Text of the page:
Not to mention that this is marketed as a young adult novel. Which, you know, is for teenagers about fourteen and up. I think most fourteen-year-olds can handle the word Hell (oh no, now I’ve done it: the blog’s PG now!).

And then Jeb is there and aaa!

Chapter 38

So Fang and Nudge are flying around, looking for Max. I mean, it’s not like anyone could possibly look up into the sky and see a couple of bird kids. Oh, wait… it’s exactly like that.

Nudge is saying how Max might be hurt, and Fang says that she couldn’t have gotten hurt on her own so it would have been someone else, which means someone knows about her, and Fang doesn’t want anyone to know about him and Nudge either.

…Never mind the flying around looking for Max.

And then Nudge is sad because Max is gone and she starts crying and then forces herself to stop and it’s all very dramatic and important and I really, really care about what’s going on right now. (Sarcasm is fun!)

Then Nudge sees a sign saying the town where her parents supposedly are is nearby and decides to go there. The narration makes this seem like just some random thing, but then she tells Fang she needs parents to be there for her if Max isn’t here.

So, which is it? Because I have no idea. The book tends to tell instead of show, but I’m more inclined to believe what it shows because that’s how books should work, and I believe JPatterson to have at least a little sense of how to write. Anyway, it’s  impossible to tell if she just randomly decided to go to her parents, if she has real motivation, or if it’s somehow both (or neither!).

But whatever.

Chapter 39

Now we’re with Gazzy and Iggy again, and the entire chapter is pretty much just pointless conversation and then a ooh dramatic! reveal that Gazzy has some mystery plan.

Chapter 40

Max tells us that her day with Ella and Ella’s mom, Dr. Martinez, was the only day she’s felt the slightest bit normal. Because they have a real, normal breakfast! And then Ella has to go to school and there’s a bus driver for an actual bus, just like on TV!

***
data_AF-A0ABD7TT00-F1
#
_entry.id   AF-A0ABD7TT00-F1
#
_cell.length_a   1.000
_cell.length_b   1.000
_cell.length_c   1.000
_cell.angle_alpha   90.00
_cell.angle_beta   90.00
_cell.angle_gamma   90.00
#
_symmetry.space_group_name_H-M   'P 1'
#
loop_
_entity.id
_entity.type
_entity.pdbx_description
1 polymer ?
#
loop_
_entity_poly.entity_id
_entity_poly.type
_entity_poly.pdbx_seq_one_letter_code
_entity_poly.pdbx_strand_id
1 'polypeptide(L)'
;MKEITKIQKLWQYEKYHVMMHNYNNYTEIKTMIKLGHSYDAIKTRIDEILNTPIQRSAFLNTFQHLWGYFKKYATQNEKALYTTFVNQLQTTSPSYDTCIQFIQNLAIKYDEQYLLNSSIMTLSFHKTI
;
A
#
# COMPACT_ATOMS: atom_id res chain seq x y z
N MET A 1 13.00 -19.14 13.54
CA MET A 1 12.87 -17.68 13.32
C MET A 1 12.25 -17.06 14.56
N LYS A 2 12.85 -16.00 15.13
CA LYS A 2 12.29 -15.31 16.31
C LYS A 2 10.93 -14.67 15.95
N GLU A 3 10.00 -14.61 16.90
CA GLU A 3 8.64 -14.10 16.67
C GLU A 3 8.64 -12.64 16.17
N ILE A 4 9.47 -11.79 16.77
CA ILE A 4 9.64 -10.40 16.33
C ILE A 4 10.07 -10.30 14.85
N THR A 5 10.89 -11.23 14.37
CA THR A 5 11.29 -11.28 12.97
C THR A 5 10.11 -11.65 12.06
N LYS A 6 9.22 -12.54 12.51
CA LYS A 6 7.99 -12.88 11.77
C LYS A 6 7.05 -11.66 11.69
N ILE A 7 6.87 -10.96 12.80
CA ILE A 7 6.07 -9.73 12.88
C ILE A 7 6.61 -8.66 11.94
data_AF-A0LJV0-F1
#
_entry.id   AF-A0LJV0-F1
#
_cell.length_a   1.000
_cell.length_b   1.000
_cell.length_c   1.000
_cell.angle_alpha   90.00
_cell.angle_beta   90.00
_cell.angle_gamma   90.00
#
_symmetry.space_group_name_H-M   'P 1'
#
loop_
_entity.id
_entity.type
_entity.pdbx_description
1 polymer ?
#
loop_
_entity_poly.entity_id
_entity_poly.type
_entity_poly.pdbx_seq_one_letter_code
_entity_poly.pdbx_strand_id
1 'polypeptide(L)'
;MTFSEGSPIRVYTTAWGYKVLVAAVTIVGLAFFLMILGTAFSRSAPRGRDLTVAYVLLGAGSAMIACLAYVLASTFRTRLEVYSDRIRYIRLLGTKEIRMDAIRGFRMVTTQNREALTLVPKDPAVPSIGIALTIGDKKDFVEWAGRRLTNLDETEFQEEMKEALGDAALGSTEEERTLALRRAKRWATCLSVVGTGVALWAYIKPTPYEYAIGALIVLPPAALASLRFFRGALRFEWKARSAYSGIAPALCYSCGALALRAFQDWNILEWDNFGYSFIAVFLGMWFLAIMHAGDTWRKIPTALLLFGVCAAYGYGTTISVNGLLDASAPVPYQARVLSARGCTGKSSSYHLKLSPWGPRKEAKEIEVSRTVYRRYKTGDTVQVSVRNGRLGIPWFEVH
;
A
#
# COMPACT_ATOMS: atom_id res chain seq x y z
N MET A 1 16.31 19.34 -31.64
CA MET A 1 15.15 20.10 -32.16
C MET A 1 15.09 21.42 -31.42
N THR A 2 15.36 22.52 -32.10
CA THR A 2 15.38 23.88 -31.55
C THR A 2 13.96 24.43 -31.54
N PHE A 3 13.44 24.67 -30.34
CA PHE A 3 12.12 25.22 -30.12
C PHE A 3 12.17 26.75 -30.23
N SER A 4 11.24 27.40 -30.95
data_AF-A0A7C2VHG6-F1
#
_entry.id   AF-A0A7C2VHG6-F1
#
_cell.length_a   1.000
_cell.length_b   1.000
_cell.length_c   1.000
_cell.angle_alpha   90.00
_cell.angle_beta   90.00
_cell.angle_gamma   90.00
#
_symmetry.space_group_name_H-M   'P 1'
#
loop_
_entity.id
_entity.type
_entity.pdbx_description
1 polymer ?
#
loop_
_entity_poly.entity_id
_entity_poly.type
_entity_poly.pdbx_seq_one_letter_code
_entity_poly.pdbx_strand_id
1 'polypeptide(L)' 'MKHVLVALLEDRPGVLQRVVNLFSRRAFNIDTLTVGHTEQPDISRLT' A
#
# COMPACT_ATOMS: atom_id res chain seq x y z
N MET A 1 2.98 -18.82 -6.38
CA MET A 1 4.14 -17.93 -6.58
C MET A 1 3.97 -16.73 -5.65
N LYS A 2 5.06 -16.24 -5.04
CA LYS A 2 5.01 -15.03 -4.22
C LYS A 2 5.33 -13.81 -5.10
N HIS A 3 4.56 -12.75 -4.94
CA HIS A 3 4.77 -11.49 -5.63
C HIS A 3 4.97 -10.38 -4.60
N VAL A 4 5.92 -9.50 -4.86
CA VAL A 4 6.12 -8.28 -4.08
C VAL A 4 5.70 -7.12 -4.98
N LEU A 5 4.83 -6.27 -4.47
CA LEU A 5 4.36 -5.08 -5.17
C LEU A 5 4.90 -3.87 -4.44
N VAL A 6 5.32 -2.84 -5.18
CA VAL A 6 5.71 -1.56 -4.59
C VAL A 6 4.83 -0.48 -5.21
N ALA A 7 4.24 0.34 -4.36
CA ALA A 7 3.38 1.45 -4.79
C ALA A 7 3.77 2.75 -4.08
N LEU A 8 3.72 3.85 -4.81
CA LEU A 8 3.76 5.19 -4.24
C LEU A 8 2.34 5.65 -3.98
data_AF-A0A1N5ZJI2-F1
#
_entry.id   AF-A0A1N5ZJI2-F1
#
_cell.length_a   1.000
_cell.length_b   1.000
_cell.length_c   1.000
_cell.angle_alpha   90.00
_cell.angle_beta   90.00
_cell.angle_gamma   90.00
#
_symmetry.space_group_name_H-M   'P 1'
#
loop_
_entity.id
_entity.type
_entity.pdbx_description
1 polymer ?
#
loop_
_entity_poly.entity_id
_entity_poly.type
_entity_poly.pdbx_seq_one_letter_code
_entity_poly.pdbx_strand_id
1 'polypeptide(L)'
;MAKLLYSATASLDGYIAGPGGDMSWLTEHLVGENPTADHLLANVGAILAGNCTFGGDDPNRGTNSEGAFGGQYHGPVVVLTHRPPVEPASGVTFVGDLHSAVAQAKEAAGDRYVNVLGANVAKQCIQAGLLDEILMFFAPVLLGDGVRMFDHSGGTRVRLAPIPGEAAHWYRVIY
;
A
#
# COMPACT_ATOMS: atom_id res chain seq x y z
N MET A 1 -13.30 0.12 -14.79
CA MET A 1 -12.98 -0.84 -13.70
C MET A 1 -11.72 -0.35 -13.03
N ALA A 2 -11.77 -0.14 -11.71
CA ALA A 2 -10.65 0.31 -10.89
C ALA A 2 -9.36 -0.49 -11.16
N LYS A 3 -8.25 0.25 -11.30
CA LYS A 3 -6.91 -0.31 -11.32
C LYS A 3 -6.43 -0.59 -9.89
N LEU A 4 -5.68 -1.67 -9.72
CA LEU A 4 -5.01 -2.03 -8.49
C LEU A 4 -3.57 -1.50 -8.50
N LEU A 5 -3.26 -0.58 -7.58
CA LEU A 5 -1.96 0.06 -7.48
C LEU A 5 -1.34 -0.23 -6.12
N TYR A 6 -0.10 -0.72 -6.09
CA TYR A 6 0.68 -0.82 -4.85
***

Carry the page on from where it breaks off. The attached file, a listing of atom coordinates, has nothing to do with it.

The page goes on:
And while I can understand the school bus thing, I’m not sure where Max has gotten a concept of normal meals. Most eating on TV is either at a fancy restaurant or snacking, in my experience. But I guess JPatterson assumed his readers don’t care where Max learned about normal meals, and it’s certainly an unnecessary detail… but done right, it would show so much about Max’s character. Did she see it on a soap opera? A cartoon? A comedy? Different genres would imply different personality, tell us different things about Max–does she enjoy the drama of a soap opera? Still find cartoons for little kids interesting? Actually understand the humor of comedies? You know, character development. And considering I’m 120 pages into this book, character development is starting to become important.

And then there’s an insanely awesome gem after Dr. Martinez asks for a last name:

I thought. Since I didn’t have an “official” identity, there wasn’t anything she could do with the information. (pg 124)

So Max was talking about giving a fake name before… why?

But anyway, Dr. Martinez is quizzing Max about being a bird kid and Max lies about how she ended up this way (saying she doesn’t remember). And that’s the chapter.